A short time after that I was first referred to mental health services through an emergency psychiatric evaluation, my college attendance had been slipping so the staff had me fill out a questionnaire and on it there were questions about mental health, so I finally decided to be honest about what had been going on. Earlier that morning I had to see the college nurse for self harm, it was one of the first times I had let myself be vulnerable in front of someone so when it came to doing the questionnaire, I knew I had to be honest because what was going on wasn’t going away, it was just getting worse.
From what I remember the questions revolved around hearing voices and being suicidal, general mental health questions about moods etc, so I was honest, and a few days later I was taken out of college and to the hospital for my evaluation and it was honestly one of the scariest things I have ever had to do; but with the college nurse and one of my best friends by my side, it made the process a little easier, without them I’m pretty sure I would have walked out of the hospital and if that had happened, who knows where I would be now.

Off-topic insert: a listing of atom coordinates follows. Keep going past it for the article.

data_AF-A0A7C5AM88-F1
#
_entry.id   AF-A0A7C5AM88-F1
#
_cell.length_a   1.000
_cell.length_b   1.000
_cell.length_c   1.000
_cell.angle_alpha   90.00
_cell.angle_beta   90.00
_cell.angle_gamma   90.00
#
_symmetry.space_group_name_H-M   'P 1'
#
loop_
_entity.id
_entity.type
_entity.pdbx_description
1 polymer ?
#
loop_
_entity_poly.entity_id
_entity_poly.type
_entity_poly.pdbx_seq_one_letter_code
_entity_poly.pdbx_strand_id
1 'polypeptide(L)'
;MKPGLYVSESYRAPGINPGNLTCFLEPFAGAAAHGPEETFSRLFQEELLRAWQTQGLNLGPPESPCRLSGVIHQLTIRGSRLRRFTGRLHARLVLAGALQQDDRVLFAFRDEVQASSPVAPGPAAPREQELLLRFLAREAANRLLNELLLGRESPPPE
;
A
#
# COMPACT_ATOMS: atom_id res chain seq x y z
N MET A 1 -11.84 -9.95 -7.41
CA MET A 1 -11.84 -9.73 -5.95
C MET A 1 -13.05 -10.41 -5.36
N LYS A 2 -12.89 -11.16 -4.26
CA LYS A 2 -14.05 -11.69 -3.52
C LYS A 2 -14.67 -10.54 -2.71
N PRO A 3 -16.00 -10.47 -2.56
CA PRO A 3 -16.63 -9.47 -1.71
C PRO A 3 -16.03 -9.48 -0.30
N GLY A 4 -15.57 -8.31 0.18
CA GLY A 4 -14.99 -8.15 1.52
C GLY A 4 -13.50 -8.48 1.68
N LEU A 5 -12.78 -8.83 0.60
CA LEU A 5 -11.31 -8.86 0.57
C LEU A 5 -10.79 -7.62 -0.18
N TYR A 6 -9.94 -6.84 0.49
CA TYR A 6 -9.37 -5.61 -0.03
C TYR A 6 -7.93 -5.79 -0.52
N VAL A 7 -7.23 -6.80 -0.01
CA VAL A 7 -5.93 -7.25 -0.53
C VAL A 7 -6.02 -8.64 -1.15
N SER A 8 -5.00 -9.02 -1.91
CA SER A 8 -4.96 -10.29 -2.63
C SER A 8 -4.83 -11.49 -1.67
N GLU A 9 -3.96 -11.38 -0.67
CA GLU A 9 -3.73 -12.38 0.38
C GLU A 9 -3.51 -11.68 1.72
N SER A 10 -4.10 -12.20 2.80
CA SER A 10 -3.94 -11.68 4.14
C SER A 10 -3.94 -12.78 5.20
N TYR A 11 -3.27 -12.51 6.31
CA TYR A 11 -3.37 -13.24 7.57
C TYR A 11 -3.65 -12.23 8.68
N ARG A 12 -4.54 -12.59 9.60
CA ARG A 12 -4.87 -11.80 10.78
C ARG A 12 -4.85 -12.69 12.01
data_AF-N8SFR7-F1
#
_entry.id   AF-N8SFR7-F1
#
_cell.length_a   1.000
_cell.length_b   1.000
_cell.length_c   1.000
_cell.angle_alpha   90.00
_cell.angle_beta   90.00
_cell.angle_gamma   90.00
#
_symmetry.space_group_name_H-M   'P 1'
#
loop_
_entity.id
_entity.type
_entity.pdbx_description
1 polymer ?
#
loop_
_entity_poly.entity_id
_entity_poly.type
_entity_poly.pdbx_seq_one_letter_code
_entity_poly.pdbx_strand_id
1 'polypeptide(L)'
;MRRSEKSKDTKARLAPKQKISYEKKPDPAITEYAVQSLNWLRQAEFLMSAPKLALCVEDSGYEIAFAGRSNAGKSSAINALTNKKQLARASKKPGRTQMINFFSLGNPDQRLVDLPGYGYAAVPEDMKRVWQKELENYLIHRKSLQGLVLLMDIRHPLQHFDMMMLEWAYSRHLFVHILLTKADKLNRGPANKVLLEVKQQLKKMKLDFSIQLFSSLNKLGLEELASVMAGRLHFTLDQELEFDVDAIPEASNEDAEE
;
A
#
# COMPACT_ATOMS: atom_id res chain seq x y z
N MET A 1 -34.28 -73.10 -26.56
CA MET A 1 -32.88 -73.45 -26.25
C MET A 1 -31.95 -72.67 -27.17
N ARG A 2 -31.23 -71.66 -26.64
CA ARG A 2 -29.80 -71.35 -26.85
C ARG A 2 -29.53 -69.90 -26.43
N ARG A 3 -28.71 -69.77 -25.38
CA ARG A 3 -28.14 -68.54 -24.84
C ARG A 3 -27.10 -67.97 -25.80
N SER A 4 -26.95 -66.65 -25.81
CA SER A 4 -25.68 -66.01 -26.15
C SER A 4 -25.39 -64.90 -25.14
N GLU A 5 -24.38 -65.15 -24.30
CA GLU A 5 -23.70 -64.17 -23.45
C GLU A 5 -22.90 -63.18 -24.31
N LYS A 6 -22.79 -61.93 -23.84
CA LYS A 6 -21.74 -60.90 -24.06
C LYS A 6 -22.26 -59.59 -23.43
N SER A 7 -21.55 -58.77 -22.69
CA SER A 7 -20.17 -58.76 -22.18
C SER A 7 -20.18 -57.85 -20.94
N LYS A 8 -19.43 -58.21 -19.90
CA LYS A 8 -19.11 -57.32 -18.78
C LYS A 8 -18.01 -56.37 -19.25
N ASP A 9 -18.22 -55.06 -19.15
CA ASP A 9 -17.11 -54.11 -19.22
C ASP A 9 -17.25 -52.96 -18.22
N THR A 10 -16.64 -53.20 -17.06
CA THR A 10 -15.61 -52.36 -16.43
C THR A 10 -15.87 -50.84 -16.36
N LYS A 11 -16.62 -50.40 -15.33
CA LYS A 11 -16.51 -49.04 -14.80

From there I was referred to the early intervention team and it wasn’t until years later, when I was 22, at my first outpatients appointment, that I received a diagnosis; it was frustrating at the time that I had to wait so long to get diagnosed but I now understand that they don’t diagnose anyone under the age of 18 with BPD. Recently I have struggled a lot with my illness, more so than any other period, to the point where I have had two hospitalisations within a month. I’ve been struggling with feeling out of control, suicidal, feeling empty and being impulsive the most, but I’m working on learning to live with my illness and sometimes I just need a little extra support. I won’t lie, writing this post has been triggering but if I can help at least one person with my story, then it’s worth it.
There is a lot of stigma surrounding BPD and the people who have it, we get labelled ‘monsters’ and the stigma goes as far as healthcare professionals, some doctors will refuse to treat people with Borderline. Personally I have been turned away from a therapy referral because the service didn’t treat people with BPD, and I hope that one day this stigma comes to end because people with Borderline Personality Disorder are not monsters, we are people and we deserve help.
Although there is a lot of stigma surrounding BPD the good news is, is that you can recover from BPD, with the right treatment and therapy you can recover and get better, so to anyone with BPD please don’t loose hope because there is a light at the end of the tunnel and you are not alone.
I have been nominated for an award!!!
I have recently been nominated for the positive role model within the LGBT+ Community, which is awarded by the national diversity awards here in the UK. If you would like to vote for me, check out the link here.